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Building a Goblet Drum

Yes! You too can make your own drum! See below for details on how it's done ! Do it today !
In the Spring of 1994 I made this hour-glass shaped drum as part of an experiment in 'Urban Materials Utilization'. There was a need to be outfitted with a drum of some kind so that I could attend a 'Shamanic Workshop' held in Carbondale, Co. in the Summer. I wanted to build the drum myself so that my spirit would be part of the drum. I also thought that it would be interesting to design a drum that was made out of materials that I had around the house. In doing so, I somehow created what one might call a 'plywood' drum made out of broad sections of wood composite (the kind used in floor underlayment). Basically, I cut rings out of this material with a band saw and glued them together. The hour-glass shape of the drum body was an important factor, because I used the 'donut hole' from each inside ring cut to make a smaller ring, thus reducing the amount of waste material. An enlarged view of the drum with the heads removed will give you a better idea:

You can see the layers of wood inside the drum. The outside of the drum is smooth; it is coated with several layers of sealer and painted. You cannot see any of the wood plies on the outside of this drum. But, this is old data... This drum was wear tested-- I beat the hell out of this drum for a year and it didn't break.... but I saw the need to continue. I was driven to build a BIGGER, LOUDER drum!

This Here Experiment

OK, so I plan to build another drum. What I plan to do here is update this list every week to show how far I got with the drum during it's construction. I will be taking pictures of the work in progress. I will be using a digital camera to capture most of the action (Yup, I don't have to go to the drugstore to have the pictures developed!). And I will report any new ideas and design changes AS THEY HAPPEN! (Well, as soon as I can, anyway). So, THERE!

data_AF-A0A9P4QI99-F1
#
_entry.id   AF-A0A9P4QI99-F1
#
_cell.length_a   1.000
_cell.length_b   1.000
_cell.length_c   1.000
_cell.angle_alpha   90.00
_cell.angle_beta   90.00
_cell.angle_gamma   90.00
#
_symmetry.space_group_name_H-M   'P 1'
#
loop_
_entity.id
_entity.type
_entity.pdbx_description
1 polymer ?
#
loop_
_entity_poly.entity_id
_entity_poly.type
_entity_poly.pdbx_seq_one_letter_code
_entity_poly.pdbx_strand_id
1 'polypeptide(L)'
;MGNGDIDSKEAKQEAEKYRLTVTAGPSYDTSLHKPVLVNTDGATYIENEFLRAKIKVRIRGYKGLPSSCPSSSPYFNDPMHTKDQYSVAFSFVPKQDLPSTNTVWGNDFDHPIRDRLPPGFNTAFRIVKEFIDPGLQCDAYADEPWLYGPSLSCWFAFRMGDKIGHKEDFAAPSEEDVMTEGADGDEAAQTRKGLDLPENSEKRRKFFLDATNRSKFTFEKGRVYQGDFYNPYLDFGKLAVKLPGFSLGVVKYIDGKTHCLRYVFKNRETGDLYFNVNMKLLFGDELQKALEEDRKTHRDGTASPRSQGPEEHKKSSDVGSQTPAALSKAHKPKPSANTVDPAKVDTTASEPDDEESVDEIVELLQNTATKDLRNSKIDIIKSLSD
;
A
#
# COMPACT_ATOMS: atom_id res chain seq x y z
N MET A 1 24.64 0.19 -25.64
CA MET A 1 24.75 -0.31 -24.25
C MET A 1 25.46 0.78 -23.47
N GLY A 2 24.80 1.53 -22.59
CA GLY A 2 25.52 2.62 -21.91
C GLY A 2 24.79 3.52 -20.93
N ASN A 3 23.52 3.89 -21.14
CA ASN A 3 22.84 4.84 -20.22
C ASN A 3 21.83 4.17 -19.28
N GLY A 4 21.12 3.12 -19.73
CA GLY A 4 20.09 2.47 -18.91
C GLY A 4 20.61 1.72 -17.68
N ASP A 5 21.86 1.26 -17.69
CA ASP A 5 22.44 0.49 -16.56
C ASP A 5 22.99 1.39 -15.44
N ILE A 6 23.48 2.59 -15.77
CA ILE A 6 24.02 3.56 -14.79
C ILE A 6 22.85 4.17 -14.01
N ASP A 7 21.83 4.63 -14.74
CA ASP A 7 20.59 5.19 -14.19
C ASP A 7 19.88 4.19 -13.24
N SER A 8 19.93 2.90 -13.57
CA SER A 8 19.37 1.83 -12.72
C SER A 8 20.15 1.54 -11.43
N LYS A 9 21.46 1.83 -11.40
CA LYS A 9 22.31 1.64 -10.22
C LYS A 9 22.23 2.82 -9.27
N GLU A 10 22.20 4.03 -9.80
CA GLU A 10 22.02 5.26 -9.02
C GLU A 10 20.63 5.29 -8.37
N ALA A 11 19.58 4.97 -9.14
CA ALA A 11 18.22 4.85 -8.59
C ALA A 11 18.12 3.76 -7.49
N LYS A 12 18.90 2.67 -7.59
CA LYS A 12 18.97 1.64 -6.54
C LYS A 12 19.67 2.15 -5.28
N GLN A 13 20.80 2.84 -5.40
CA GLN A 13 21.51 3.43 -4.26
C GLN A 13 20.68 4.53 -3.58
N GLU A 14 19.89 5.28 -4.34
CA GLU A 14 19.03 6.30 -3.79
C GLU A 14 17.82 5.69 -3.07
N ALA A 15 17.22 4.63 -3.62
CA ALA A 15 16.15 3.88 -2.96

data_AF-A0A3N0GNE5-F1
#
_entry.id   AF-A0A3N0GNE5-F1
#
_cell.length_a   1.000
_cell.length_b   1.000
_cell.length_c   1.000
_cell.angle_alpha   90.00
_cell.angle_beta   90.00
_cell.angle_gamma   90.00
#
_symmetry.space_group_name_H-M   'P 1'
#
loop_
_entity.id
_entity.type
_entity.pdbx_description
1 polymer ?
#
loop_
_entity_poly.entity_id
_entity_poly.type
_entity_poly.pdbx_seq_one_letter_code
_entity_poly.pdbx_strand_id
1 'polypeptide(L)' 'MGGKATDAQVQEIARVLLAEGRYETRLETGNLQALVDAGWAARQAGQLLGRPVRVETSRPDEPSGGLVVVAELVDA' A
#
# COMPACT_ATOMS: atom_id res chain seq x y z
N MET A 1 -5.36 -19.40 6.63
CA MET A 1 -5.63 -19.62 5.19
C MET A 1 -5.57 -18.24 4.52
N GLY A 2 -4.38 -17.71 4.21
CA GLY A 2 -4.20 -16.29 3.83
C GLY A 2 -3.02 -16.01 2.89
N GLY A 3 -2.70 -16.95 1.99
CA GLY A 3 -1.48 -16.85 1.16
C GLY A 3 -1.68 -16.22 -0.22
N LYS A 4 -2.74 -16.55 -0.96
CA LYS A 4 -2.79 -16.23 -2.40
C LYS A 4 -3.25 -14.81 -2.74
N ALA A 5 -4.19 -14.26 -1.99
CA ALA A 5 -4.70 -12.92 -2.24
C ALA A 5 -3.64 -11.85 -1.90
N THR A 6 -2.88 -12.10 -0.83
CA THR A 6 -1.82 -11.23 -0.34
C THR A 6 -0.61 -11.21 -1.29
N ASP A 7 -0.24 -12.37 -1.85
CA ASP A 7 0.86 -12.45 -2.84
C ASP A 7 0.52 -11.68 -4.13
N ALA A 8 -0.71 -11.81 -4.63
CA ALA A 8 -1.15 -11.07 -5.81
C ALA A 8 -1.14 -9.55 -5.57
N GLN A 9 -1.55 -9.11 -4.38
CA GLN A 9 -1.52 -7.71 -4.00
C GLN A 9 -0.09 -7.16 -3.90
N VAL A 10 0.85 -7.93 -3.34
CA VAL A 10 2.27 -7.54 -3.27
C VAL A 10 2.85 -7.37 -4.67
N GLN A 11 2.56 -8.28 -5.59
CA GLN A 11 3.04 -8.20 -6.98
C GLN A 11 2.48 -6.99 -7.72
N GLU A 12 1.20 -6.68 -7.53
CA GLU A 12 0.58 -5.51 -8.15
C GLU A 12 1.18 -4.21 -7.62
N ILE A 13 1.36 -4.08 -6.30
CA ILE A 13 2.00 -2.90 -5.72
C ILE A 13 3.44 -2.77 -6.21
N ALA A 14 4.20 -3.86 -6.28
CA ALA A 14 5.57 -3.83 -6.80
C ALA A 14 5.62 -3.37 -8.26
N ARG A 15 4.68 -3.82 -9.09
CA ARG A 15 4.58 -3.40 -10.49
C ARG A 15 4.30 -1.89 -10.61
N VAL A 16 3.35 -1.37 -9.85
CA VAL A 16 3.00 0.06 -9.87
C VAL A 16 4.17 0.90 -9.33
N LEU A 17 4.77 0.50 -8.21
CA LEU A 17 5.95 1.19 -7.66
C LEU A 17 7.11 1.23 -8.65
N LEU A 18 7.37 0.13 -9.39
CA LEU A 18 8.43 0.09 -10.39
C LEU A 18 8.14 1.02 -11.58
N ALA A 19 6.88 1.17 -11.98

Computer Generated Goblet

The design of this drum was based on what I learned from the hour-glass design. I needed to make the body tapered enough to reduce waste yet big enough to produce some loud bass sounds. I also had problems keeping the heads tuned on the old drum, so I figured a way to mechanically tune the head. I used some freeware CAD software to produce these 3-D drawings of the drum body (what I will call the Goblet Drum from now on):


Here is what I would like the drum body to look like. The drum diameters and height are approximate values.


Those extra rings on the goblet stem are for tuning the instrument. I plan to run the drawstrings through holes in the first flange and tie them onto machined eye hooks from the bottom flange. The drawing on the right shows the design concept with a drum head attached.


Here is an exploded 3-D view of the goblet rings. Yes, I plan to cut 18 inch diameter rings out of wood composite and glue them all together! I like this drawing. It reminds me of Dali for some reason.

The Circles of WOOD...

The first drum (Hour-Glass) was a test (I can say that now) of how certain materials could be combined to produce a desired effect. The drum body was strong enough to endure the usual banging around that a normal drum would receive. The sound quality was 'OK', as it had its moments from day to day, but I am attributing that to the way the head was fixed. I also think that I could improve on the tuning of the old drum by rigging the lacings so that they could be more easily adjusted. SO, I will start off building the bigger drum the same way. I did not have any more 'wood' so I made a trip to the local Home Improvement store and purchased a 4'X8' 3/4-inch piece of floor underlayment. (It's the stuff that looks like a composite of all sorts of wood chips and glue). The wood was cut into smaller sections and then circles were cut out with a ban saw.

In the first picture you can see one of the smaller sections sitting on the band saw. The second picture shows most of the bowl of the goblet completed. Each section is marked showing the degree of cut and overlay point (as each circle is cut, it is used to mark the size and shape of the next section to be cut).

Gluing the drum sections